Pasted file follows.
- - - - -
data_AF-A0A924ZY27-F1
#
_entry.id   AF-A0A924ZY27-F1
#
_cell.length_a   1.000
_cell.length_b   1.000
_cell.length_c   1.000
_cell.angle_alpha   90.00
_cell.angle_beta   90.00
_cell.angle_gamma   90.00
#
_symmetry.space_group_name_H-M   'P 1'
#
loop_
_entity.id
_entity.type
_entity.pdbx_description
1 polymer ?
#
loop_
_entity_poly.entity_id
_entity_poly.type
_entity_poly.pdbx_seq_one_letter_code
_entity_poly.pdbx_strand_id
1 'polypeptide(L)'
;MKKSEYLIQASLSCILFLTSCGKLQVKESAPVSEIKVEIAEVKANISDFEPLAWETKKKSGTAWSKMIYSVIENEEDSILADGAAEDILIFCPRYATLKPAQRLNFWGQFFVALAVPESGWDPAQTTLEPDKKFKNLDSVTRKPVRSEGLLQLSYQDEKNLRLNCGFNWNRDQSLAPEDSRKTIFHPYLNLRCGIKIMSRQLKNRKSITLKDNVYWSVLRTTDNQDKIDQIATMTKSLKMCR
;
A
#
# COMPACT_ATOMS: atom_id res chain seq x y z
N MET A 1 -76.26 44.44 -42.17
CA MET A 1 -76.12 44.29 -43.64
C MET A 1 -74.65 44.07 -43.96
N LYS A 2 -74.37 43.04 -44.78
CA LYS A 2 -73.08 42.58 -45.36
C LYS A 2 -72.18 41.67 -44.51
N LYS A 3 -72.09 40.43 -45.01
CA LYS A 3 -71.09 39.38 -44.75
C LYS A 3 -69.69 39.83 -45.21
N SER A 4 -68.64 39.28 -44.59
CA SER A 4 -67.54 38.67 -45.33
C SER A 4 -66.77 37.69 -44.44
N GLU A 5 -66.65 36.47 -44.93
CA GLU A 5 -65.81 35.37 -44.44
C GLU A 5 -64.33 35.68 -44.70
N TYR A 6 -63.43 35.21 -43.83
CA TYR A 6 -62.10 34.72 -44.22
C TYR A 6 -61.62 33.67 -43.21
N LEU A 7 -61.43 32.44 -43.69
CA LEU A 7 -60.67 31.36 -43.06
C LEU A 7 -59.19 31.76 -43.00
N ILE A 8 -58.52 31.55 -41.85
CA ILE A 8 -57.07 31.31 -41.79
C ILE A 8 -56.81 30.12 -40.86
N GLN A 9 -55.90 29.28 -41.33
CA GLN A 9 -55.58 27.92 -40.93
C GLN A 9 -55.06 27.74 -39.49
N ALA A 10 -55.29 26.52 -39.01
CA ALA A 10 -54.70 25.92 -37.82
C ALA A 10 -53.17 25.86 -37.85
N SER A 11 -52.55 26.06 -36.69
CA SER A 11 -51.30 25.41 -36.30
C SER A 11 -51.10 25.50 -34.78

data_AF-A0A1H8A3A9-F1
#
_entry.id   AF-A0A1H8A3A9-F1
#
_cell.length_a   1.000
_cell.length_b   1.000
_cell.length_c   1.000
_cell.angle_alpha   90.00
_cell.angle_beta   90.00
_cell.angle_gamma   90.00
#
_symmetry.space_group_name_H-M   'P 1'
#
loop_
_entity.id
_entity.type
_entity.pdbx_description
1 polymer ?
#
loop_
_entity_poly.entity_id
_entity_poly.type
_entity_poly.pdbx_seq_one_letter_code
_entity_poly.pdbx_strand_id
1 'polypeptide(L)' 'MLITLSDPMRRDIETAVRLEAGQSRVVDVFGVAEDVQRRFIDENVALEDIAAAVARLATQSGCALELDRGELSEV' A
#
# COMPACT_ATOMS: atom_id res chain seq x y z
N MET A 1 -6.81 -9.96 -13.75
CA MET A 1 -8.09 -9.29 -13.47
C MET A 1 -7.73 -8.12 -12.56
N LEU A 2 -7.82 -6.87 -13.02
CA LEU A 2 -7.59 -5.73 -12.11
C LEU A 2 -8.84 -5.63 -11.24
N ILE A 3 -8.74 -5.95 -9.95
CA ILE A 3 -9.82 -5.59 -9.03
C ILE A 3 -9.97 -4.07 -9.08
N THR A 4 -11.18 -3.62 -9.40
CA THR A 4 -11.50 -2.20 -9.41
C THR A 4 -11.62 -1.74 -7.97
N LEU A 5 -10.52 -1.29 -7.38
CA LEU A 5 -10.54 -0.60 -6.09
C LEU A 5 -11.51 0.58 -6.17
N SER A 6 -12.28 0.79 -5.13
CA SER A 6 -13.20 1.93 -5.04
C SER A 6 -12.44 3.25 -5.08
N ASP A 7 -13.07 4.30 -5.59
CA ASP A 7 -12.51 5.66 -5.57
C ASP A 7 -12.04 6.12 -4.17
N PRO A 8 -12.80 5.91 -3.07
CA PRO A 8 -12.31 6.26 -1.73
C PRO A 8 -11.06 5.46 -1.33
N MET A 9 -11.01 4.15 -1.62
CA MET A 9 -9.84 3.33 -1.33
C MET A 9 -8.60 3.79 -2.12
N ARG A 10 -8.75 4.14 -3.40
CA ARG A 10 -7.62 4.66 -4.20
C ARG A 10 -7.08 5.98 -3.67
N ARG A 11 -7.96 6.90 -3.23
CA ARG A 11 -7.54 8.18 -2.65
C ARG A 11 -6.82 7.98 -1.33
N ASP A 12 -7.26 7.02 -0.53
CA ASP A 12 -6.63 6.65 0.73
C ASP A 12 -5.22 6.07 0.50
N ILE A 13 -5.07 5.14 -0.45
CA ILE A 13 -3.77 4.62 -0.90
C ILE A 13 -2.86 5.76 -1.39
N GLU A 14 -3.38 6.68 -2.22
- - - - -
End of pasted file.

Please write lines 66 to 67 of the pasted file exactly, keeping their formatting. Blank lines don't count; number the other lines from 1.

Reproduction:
_entry.id   AF-A0A1H8A3A9-F1
#